The afternoon (yesterday, I am a bit behind) was opened to comments. Rather than summarize, I am simply going to post peoples (slightly edited and nameless) comments, some of which I found very surprising:
When I graduated from seminary, all of us, men and women, were given a cross as a sign of the Bishop’s blessing to teach. While I preached before receiving the cross, I discovered that wearing the cross makes a difference, it is the indication of an official blessing from the bishop to serve, indicating reciprocity and responsibility. It makes a difference.
There is a problem with being invisible, there is nothing to let people know that I have particular gifts. Is there a way that my gifts can be visibly recognized?
I was given a card so that when I went to a hospital, I could offer a lay hospital ministry. Is there something like this for others? How about a card which allows for recognition and endorsement of offering a lay hospital ministry?
Female chaplains not welcome at AAC, in part because they are not ordained, and in part because of things are in ‘upheaval.’ Yet this is the time, because there is flux.
The Greek word for service is diakonia, seen in the diaconate.
My daughter told me, “I don’t want my daughter raised in a sexist church.” Now, she is episcopalian.
There is a church in [US State] has women serving by holding candles. In Damascus and Beirut, at the cathedrals, the girls served at the altar with the boys. In Michigan, they did not enter the altar, but they held candles with the boys, wearing different robes.
It is great for all these women to get together, but who is educating the priests and the hierarchy?
The way this is going to happen simply by people doing what they are called to do. We cannot wait for people to give us the okay. I worry about women saying, “I won’t try.”
We are being hurt the most from the grand-daughter perspective. I can think of 10 people who left the church because their non-Orthodox wives saw a row of men and wanted nothing to do with the church. This exclusion is not Orthodox, but it is how they church looks, like a place that excludes women.
I am often befuddled that we do not bless all of our ministries, at the beginning of each year. Another appearance of exclusion is the lack of women readers. Why is it so hard? There is fear, fear on the part of people who hold power. We need to talk about the elephant in the room. It is hurtful, it does not build up the church. How can we ignore the resources given by women? The devil may not want to be us successful, but how is that effort manifest? How can we not have a blessing for women who are readers? What does it say that a man is acknowledged but a woman is not? It is one thing to say that we simply need to step forward and do it, but there is a cost to this.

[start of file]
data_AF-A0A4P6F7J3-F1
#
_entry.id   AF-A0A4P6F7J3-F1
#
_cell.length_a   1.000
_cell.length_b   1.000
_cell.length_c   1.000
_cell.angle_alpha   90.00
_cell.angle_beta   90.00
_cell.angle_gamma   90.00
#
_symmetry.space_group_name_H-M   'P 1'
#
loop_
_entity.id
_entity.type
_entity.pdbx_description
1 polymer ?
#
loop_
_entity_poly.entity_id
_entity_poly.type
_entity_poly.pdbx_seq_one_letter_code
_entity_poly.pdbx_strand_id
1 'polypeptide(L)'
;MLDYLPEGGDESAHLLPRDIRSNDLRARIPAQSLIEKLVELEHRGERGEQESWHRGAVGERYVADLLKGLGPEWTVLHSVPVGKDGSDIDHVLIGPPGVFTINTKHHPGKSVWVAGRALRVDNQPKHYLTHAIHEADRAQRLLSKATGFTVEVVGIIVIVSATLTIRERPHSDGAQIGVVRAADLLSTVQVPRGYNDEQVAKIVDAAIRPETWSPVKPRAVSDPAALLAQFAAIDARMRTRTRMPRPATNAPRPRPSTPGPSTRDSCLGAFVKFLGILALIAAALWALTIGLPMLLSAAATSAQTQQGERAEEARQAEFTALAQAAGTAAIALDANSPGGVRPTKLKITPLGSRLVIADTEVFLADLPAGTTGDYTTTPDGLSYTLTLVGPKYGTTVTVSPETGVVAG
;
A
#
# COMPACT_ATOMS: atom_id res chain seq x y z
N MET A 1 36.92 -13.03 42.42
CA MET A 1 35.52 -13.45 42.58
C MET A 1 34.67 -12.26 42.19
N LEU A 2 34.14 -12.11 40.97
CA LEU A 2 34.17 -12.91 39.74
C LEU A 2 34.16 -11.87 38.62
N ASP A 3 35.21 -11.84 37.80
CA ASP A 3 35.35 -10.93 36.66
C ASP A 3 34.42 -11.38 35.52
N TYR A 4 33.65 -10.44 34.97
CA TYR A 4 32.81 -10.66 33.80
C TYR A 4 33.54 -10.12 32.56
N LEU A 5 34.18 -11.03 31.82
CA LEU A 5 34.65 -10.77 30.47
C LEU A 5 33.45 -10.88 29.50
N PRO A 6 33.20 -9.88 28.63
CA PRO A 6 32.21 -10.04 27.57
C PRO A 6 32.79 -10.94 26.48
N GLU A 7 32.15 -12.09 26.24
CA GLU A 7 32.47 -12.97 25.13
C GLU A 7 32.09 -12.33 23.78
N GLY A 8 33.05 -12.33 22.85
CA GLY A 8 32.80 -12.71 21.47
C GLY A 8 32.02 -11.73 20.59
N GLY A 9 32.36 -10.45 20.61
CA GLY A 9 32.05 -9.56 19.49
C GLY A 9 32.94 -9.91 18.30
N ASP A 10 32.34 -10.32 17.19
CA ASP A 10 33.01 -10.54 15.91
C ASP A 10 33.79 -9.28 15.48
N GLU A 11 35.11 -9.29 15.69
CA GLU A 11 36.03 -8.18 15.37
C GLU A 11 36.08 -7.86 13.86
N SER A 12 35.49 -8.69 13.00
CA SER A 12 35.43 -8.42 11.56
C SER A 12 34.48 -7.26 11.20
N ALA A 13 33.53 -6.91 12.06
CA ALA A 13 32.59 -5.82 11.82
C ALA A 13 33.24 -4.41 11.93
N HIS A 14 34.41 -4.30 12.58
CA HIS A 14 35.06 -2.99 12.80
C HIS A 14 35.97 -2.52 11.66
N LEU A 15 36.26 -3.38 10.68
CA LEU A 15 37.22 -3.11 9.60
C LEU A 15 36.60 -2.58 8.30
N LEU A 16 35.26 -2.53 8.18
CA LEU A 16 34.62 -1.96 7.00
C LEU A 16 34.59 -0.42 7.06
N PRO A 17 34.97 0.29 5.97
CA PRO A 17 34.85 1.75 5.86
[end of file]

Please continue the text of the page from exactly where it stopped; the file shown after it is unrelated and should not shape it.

What are women going to do for ministries? Can the seminary get creative, develop residencies and internships to identify and pair students with people who are already working. What about a commitment to offering scholarships, residencies, internships, we will put you through it, offer support, extend a natural ministry which offers support.
We have girls serve in our liturgies. It is very important not to have the girls serve just because there are no boys. What does this say to the girls? As for chaplaincy, this should be an ordained ministry. The military chaplains do not know how to minister to the dying.
Many of the converts seem more invested in maintaining the traditions than those who grew up in the church, especially regarding women. Ethiopian nationals do not enforce many of the traditional practices, such as boys lining up before the girls for communion. This isn’t even done in Ethiopia any more. Converts are zealous about being good Orthodox, and perpetuate gender traditions without realizing that is what they are doing.
What do you say to such converts? Read One Flew Over the Onion Dome. It is fear not of power, but of change. The fear is if you ordain women to anything, even a reader, it initiates a slippery slope to the possibility that women might become priests. That is the fear, especially amongst Episcopalian converts, and many think it destroyed their church.
I am a convert, came in in my 50s. In the beginning, when something is so new to you, to finally have a little bit of structure is helpful, nice. At the time, I didn’t see the difference between little “t” and big “T”. But rules are important for children, and converts need to grow, without being judged or condemned.
I joined in April. Orthodoxy is ancient christianity untouched by American racism. It isn’t Jesus, Paul, and Luther. I came from the episcopalian church, and becoming Orthodox could be a step back. But my choice is generational. If my children were still young, I couldn’t make that choice for my daughter, who would want to know why she can’t stand up there with the boys. But I can make that choice for me, now, and deal with the complexities. As long as it grounded in the scripture. We need all the people, the gradualists and even the prophets. It is a very American problem, to choose one’s religion. If we do so prayerfully, it is good to remain content, to be gradualists, or to be prophets. We need all of them.
Is it appropriate for us as women to seek recognition? It does not seem like fighting these things is spiritually helpful for us.
The people here are not talking about personal recognition. We are working in the vineyard, we are coming from the place that God has told us to work in, and we are struggling with running up against road blocks that recognition would help.
Being told, “you can’t do this because you are girl” inflicts spiritual damage. This is what our children are being told.